Minnesota rep to author Wetlands Loan Act bill
By Joe Albert
Maple Grove, Minn. — Hoping to curb the trend of wetland and
grassland losses nationwide, conservation group leaders met Tuesday
with U.S. Rep. Mark Kennedy, R-Minnesota, in an effort to double
the amount of money spent each year on habitat.
Kennedy said he would author a bill in Congress to revive a
program, the Wetlands Loan Act, to advance between $40 and $50
million per year for 10 years from sales of the federal duck stamp.
Last week, Gov. Tim Pawlenty and his Democratic counterpart in
Louisiana sent a letter to other governors urging support for the
act, which had been in place from 1961 until 1988.
“We’ve got a broad coalition of not just duck (interests),”
Kennedy said. “It would benefit pheasants, ruffed grouse,
Between $42 and $50 million is raised each year by the sale of
duck stamps. That money then is spent to purchase and improve
Under the Wetlands Loan Act, the amount spent each year on
restoration and acquisition would double. The USFWS would gain
easements and take fee title on certain parcels of drained wetlands
or converted grassland, said Jim Leach, USFWS refuge supervisor in
The state DNR and Pheasants Forever began discussions with the
U.S. Fish and Wildlife Service on the idea about six months ago,
“The idea of farming the best and buffering the rest would be an
adequate slogan,” Leach said.
The meeting included Leach, Kennedy, and Larry Nelson, assistant
director of the DNR’s Fish and Wildlife Division. The three met
with representatives from groups like the Minnesota Conservation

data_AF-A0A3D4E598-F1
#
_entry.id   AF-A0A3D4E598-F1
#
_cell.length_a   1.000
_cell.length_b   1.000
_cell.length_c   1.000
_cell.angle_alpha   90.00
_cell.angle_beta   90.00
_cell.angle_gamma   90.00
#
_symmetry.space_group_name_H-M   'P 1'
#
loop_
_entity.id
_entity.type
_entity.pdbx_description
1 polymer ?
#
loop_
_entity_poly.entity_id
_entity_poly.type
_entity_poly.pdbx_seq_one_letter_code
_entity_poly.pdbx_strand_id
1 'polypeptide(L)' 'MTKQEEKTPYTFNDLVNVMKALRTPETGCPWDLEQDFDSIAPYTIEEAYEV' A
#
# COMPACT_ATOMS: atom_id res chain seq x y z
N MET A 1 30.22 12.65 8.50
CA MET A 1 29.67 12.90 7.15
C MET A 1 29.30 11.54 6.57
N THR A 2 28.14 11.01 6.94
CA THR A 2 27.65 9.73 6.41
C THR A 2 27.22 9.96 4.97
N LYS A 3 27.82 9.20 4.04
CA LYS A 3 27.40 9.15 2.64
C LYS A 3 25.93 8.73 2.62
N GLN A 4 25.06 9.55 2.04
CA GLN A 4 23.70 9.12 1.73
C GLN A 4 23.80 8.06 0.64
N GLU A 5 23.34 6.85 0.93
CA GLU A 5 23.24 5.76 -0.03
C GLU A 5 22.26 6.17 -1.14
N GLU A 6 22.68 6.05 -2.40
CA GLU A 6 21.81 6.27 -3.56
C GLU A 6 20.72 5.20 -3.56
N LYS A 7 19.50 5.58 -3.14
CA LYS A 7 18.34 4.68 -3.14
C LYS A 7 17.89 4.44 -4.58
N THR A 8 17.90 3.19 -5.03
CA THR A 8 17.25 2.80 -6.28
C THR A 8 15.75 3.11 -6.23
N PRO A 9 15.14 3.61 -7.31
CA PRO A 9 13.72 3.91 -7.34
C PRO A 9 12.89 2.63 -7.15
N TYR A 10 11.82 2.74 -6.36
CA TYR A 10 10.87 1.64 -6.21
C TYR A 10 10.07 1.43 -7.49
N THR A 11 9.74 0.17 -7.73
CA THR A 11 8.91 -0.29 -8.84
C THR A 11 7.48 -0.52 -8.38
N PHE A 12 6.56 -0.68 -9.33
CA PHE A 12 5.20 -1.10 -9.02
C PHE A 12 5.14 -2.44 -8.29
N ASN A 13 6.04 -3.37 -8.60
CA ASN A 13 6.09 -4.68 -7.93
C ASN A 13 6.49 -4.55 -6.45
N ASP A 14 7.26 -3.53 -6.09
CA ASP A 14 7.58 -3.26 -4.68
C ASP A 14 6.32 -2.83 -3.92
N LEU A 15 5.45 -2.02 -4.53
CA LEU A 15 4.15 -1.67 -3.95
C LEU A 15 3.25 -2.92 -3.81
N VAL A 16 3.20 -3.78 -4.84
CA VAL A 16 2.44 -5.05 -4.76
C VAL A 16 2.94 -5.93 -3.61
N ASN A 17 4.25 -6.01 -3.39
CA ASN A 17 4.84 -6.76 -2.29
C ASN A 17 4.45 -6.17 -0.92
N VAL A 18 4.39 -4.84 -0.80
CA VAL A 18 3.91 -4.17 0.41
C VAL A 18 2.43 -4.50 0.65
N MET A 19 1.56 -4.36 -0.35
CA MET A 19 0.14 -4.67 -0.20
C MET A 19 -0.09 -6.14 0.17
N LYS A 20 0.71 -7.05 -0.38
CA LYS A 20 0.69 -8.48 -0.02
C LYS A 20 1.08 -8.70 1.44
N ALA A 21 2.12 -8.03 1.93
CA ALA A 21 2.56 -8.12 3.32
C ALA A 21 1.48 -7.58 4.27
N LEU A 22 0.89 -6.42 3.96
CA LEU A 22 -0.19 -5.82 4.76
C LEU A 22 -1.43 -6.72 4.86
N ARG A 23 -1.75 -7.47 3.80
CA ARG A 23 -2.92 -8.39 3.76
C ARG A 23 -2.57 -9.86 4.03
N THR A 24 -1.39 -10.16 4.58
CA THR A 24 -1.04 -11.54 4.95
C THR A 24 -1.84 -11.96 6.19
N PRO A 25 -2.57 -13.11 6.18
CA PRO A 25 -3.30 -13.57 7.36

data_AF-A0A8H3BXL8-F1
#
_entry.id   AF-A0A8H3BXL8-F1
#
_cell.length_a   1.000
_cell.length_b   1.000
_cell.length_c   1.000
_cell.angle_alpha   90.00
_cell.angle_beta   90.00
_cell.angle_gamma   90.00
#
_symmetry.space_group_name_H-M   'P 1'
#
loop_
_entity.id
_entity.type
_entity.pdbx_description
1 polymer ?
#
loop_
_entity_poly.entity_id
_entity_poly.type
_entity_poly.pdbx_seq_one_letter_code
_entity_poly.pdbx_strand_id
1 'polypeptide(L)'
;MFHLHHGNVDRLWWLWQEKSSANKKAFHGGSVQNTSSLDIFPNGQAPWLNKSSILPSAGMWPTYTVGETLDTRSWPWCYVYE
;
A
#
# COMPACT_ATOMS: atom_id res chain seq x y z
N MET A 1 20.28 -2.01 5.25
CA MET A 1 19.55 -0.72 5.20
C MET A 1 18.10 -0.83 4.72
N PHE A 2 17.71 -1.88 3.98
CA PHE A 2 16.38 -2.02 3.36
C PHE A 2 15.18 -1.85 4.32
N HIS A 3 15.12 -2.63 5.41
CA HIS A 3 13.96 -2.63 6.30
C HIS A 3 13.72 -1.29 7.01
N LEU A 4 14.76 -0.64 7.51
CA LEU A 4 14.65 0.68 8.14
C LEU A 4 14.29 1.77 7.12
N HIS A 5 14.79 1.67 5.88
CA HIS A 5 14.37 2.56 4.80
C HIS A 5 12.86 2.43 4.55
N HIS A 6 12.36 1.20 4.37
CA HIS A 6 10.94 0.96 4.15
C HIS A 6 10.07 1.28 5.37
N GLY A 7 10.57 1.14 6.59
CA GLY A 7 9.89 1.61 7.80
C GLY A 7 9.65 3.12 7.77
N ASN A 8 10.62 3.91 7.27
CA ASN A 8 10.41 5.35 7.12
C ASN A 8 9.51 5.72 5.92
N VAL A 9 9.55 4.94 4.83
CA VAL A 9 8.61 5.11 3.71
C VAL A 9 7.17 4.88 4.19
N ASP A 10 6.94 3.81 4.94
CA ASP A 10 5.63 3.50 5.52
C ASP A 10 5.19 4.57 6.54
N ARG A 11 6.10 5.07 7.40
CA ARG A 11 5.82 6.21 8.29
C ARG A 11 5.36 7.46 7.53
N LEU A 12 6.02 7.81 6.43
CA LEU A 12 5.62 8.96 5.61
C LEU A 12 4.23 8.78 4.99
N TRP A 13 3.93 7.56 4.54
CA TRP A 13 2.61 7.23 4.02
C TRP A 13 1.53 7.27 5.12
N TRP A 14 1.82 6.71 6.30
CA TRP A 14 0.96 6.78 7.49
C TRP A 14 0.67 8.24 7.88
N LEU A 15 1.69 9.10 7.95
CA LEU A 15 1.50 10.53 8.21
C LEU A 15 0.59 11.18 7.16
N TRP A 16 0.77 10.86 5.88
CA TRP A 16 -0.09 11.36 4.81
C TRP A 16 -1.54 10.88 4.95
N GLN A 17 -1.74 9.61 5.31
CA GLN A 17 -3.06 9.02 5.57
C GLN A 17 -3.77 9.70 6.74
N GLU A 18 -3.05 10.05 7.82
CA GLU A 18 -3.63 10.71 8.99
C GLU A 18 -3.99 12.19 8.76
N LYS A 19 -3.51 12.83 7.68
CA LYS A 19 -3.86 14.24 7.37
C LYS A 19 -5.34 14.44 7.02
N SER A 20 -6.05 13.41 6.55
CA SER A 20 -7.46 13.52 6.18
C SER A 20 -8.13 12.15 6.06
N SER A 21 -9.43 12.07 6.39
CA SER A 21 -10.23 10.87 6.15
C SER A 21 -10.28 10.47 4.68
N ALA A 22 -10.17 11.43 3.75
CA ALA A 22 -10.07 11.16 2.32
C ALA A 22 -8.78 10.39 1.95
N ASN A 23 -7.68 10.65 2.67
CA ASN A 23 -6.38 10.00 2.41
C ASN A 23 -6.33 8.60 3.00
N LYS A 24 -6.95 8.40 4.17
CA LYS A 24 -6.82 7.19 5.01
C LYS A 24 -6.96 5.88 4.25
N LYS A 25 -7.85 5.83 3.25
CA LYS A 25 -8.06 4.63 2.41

Federation, Ducks Unlimited, Pheasants Forever, The Nature
Conservancy, the Minnesota Outdoor Heritage Alliance, Ruffed Grouse
Society, and the Theodore Roosevelt Conservation Partnership, among
“This seems like a really simple idea,” Kennedy said.
But the group discussed a few considerations, Kennedy said,
namely: ensuring the plan is acceptable to agricultural interests;
letting counties know about the economic benefits of opportunities
for more and better hunting; and allaying concerns expressed by
those in the West about more federal land.
Extra money wouldn’t be hard to spend, Leach said.
“If we doubled our acquisition program in this region, we could
meet our demand,” he said. “Right now, with existing funds, we
can’t meet that backlog.”
The Dakotas also have a long list of landowners willing to sell
their land, or easements to it.
Money would be targeted to lower quality farmland, and probably
be more focused than, for example, the Conservation Reserve
Enhancement Program, Kennedy said. “We’re looking at a lot of
little pieces,” he said.
Though additional money would be spent across the nation, the
prairie breeding grounds would be a prime candidate for an
infusion, Kennedy said.
“The good news is the Southern states really understand they
need production in the Prairie Pothole Region,” he said.
Dwight Landreneau, secretary of the Louisiana Department of
Wildlife and Fisheries, echoed that during a call last week with
reporters. “The most severe area of concern is the Pothole region
for breeding and broods,” he said. “We can see that (having a)
positive effect in Louisiana.”
Kennedy said that spending money now on habitat makes sense
because “land isn’t getting cheaper.” If landowners had to wait 10
years to do something with their land, they may elect to put it in
production, he said.
He also noted that Congress forgave the loan from the last
Wetlands Loan Act. Kennedy said he is seeking a Democratic
co-sponsor for the bill, and that authors in the Senate still are